With some of the design considerations established now we can start finalizing the part selection and milling up all the rough stock.
For the second rail, I decided to go with the matching small slab as the first rail. This one gets a little narrow on the back but since it will be facing the inside, the rails should look to be approximately the same width. I’m also going to incorporate the limb coming off the crotch. I’ll butt that up against the posts and it should almost look like a brace. The crotch figure in the rails will tie in nicely to the crotch figure in the headboard.
The rails slabs are cut to rough length and a straight edge is ripped on what will be the top edge of the rail. The bottom edge will be left with it’s live edge.
Next is the walnut slabs for the head and foot board. I’ll be using a pair of boards so I can have book matched panels for each and I’ve decided to go with a live edge for the top of each panel. I lay out their lengths and draw a straight edge to follow. The boards are crosscut to length and a straight edge is ripped on the bandsaw.
These boards are wider than my jointer, so to flatten them, I make a pass to create a wide but shallow rabbit which will become the reference surface for the next step.
I have a riser board for the planer that creates a shelf for the rabbet to run along. This allows the planer to flatten the opposite face while still referencing from the partially jointed face.
Once the top is cleaned up, the board can be flipped and the extra material that wasn’t cut by the jointer can be removed.
The boards will now rest for a few days. This will give them time to move and distort slightly back to how they were before milling. In this time, I’ll fill any defects with epoxy. I’ll be milling all this stock again and when I do, the milling process will clean up the epoxy.
Next I can work on the posts. These will be glued up out of 2 pieces of 12/4 silver maple. The boards are sequential and I’m going to try my best to glue them back together so the glue seam is as seamless as possible.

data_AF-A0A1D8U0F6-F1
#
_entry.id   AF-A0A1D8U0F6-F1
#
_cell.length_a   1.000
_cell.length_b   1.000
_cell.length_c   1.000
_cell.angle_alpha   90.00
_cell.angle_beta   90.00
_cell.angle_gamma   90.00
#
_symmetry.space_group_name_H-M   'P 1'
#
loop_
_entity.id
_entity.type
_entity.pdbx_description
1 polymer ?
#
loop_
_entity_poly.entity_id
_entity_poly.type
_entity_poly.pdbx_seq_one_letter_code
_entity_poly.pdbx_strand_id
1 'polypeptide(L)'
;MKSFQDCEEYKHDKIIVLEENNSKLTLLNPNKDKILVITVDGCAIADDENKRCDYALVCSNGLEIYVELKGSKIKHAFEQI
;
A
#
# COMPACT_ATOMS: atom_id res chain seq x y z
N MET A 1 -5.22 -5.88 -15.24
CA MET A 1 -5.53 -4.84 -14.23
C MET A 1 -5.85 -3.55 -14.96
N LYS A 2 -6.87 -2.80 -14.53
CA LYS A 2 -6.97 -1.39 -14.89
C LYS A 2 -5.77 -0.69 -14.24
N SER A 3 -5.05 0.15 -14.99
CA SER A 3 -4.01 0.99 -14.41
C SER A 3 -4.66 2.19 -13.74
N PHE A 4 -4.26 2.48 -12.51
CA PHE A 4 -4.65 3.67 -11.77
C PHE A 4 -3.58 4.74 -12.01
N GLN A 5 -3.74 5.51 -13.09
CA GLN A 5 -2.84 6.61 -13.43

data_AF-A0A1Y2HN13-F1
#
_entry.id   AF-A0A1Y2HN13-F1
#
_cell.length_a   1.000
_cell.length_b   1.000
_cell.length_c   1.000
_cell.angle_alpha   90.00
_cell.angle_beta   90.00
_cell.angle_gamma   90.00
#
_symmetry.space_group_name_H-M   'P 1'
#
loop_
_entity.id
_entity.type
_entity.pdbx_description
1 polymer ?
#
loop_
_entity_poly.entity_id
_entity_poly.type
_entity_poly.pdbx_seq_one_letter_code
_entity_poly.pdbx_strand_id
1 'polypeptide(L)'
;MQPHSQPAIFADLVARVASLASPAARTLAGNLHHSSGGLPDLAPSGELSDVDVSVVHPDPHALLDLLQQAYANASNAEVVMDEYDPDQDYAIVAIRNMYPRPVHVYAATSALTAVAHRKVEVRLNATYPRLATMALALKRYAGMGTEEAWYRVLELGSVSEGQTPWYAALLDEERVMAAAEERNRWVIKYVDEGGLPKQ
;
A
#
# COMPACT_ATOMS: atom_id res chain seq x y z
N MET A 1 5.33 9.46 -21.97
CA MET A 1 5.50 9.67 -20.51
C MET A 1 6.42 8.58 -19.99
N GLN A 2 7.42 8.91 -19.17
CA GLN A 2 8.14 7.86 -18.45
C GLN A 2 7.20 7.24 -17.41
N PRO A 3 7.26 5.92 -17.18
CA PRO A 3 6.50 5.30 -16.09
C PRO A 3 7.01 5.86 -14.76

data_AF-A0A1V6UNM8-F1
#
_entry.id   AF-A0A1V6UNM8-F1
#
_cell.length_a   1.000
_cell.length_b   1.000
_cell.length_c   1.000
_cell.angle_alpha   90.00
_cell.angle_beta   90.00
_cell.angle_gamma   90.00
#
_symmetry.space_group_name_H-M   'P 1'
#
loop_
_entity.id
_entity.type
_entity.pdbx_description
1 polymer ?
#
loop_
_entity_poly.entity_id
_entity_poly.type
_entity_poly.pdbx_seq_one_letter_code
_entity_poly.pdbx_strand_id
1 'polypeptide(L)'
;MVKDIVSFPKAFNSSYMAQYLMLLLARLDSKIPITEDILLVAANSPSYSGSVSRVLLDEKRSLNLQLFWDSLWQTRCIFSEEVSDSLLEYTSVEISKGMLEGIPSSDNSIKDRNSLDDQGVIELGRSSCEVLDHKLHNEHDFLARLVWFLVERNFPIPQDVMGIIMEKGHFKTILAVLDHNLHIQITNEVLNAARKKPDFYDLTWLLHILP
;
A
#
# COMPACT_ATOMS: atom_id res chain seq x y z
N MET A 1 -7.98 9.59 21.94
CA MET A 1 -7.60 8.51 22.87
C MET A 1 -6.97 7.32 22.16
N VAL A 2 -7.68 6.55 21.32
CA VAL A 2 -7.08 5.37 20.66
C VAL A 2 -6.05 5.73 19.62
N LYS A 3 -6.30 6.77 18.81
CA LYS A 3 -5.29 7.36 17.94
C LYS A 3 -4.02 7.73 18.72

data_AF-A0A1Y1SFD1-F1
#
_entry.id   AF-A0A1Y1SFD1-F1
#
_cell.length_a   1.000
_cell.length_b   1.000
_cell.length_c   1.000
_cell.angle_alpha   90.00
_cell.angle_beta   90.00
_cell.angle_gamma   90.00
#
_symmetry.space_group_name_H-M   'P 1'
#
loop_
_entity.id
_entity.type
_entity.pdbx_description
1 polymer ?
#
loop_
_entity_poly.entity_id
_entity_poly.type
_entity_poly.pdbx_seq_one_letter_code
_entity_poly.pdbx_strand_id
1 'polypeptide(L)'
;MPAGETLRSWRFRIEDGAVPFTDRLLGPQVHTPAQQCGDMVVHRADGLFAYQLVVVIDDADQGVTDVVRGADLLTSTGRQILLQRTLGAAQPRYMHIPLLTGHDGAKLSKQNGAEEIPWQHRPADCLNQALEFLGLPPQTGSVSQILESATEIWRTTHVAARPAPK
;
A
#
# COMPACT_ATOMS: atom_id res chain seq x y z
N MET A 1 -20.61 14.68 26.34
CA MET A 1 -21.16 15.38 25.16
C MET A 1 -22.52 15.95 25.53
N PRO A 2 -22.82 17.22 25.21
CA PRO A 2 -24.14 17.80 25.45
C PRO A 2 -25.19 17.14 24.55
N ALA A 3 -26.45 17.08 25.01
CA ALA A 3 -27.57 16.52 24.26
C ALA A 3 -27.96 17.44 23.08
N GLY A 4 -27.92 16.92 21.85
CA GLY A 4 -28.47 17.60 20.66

I’ll rip the slabs in two and use the one with the crack as the guide for cutting the second one.
To minimize the amount of material removed from the face, I skipped the jointer and opted to just plane the faces. This left the distortion in the boards but only removed enough material to clean up the saw marks. The more material that is removed from between the boards, the more obvious the seam will be since the grain lines traveling across the seam will be even more interrupted.
I had to use almost all of my parallel clamps to force these together so I could only glue up one at a time and since I wanted to keep them clamped up as long as possible, I could only glue up one per day.
When the glue is dry the posts can be milled into square. A face and edge are flattened and squared at the jointer, a face is cleaned up with the planer, and the bark edge is ripped away with the bandsaw.
Around a week later, everything has rested for long enough and everything can be milled flat and true again.
And here is the final stock; ready to be turned into a bed.
Next time we will start on the joinery that will make up the head and foot boards.
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